Animal welfare campaigners protesting the eating of dogs and cats by some Koreans earlier sought to pressure World Cup sponsors -- including Coca Cola and McDonalds -- to withdraw their support. The campaign changed direction after the president of world soccer's governing body, FIFA, threw his support behind the drive to end dog-eating, a stance which in turn was criticized by many Koreans.

Protestors will continue to target Korean government officials, however, and Seoul is not certain what to expect during the big event.

And disregarding government appeals for a strike-free World Cup, tens of thousands of Korean workers have vowed to go on strike in the coming days for higher wages, improved working conditions and to protest an earlier crackdown on unionists for illegal striking.

Hijackers and hooligans

Security is also a major concern for the host nations.

Korea's Chosun Ilbo daily said Monday police and intelligence officials had a watchlist of 420 terrorists from al Qaeda and other groups. Police are reportedly hunting for at least one suspected al Qaeda member who entered the country in April.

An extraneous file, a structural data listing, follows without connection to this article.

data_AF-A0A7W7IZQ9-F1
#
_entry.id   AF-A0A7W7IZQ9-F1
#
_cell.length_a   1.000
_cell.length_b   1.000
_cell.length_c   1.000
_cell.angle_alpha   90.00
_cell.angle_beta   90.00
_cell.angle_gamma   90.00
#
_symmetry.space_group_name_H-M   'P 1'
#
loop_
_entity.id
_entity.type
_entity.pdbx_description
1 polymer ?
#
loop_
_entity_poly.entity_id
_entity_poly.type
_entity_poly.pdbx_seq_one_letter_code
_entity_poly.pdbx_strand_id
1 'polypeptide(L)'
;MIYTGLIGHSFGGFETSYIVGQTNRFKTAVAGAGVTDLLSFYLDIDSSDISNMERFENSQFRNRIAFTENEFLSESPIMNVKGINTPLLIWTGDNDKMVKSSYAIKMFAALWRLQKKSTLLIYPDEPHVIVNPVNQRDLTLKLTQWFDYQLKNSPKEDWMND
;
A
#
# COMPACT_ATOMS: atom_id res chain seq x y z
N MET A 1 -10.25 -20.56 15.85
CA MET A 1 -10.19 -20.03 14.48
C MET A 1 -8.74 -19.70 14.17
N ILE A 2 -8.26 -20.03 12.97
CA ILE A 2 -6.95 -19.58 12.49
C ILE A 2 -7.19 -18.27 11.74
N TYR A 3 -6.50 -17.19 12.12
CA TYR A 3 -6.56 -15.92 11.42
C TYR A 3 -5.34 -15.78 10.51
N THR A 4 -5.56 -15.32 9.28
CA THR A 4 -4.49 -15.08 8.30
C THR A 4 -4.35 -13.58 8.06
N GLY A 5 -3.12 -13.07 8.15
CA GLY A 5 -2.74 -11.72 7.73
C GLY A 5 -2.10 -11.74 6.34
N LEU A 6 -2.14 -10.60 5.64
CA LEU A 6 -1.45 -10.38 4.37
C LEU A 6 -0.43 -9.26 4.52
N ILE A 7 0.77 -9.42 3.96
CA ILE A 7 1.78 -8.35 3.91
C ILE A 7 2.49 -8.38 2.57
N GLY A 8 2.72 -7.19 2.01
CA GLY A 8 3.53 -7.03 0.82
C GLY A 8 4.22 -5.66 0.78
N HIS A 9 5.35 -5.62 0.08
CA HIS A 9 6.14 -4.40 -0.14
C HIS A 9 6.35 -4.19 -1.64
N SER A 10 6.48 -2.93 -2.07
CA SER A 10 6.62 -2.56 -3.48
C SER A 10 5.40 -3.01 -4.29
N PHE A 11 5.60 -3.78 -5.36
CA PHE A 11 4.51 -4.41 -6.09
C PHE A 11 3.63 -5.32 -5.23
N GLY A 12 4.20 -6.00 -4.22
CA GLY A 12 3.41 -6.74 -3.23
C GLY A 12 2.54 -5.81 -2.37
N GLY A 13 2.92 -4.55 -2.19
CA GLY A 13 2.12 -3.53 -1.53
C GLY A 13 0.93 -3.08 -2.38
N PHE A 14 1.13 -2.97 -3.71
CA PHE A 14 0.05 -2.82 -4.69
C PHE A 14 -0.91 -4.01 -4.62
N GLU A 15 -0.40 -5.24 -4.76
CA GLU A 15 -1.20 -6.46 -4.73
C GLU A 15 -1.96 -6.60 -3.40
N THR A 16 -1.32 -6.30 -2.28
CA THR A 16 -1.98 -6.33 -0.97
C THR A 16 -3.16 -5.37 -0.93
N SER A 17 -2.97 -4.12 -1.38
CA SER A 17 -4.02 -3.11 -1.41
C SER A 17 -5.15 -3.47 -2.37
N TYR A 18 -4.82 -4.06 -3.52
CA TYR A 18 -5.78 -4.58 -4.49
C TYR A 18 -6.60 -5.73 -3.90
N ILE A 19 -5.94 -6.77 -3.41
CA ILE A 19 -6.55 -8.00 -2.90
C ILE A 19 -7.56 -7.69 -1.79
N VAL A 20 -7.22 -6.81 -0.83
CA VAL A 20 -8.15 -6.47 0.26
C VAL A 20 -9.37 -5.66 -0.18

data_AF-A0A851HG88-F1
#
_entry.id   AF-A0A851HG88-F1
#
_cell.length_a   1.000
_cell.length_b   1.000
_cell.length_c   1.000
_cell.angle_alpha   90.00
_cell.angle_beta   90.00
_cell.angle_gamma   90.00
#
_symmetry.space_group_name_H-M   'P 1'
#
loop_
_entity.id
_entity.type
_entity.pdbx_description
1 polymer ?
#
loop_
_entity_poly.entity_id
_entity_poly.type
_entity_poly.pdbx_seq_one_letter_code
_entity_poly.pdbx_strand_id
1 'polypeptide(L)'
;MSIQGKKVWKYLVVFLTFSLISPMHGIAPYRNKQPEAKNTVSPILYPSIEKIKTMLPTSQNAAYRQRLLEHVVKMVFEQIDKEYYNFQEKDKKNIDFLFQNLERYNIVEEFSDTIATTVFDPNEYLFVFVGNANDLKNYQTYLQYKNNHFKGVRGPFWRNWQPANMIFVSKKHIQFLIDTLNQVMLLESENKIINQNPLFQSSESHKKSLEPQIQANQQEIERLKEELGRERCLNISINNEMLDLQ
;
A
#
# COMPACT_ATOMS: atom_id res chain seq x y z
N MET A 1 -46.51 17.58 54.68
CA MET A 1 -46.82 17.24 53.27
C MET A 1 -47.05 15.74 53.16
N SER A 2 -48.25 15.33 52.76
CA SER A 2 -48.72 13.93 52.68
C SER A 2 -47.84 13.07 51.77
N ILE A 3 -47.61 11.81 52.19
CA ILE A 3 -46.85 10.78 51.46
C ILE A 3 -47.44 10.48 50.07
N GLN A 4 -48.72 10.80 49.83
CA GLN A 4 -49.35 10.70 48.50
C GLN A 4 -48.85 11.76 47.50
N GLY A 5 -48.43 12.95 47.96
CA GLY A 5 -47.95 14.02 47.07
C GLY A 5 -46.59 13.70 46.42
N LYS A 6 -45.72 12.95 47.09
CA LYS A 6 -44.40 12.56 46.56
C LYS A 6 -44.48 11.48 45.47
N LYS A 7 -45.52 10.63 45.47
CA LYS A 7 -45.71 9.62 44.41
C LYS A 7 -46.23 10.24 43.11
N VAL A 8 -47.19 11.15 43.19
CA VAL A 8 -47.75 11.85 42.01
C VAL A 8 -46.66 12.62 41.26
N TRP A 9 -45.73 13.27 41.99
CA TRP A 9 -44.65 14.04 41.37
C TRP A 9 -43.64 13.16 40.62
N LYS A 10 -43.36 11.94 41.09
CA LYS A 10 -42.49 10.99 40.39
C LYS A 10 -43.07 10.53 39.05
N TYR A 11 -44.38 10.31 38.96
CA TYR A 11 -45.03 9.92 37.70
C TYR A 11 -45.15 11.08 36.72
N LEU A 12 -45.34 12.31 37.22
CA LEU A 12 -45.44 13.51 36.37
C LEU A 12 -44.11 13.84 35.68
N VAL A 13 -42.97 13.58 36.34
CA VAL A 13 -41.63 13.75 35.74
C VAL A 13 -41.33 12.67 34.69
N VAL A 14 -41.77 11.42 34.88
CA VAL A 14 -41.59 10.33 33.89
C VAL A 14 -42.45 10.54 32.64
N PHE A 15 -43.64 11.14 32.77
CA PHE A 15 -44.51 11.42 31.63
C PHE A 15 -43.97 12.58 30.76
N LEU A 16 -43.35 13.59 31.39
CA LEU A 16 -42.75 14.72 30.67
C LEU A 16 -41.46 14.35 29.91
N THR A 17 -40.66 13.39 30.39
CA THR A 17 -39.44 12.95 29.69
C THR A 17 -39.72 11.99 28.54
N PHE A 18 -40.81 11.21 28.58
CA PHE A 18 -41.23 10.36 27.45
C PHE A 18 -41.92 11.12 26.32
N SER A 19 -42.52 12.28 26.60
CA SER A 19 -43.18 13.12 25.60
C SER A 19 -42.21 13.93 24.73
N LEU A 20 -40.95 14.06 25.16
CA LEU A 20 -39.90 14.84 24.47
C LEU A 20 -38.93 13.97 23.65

A number of warnings have been received. A senior government official was quoted as saying a man claiming to be a Lebanese official said terrorists from the Lebanon-based group, Hizballah, planned to attack "U.S.-related facilities" in Korea at the end of May.

Precautions at airports have been tightened, and each World Cup game venue will be protected by ground-to-air missile batteries, while F16s will fly overhead during games. With the memories of Sept. 11 still fresh, no-fly zones will be enforced for all other aircraft.

Security concerns of a different type arise from the mostly European phenomenon known as "football hooliganism" -- violence orchestrated by thugs who exploit heightened emotions among traveling groups of fans.

FIFA security head Walter Gagg said in Tokyo he was confident foreign governments would prevent known offenders from traveling to the event.

England fans have traditionally provided the biggest threat, but the UK government has banned more than 1,000 individuals from attending the World Cup, ordering them to surrender their passports until the tournament is over.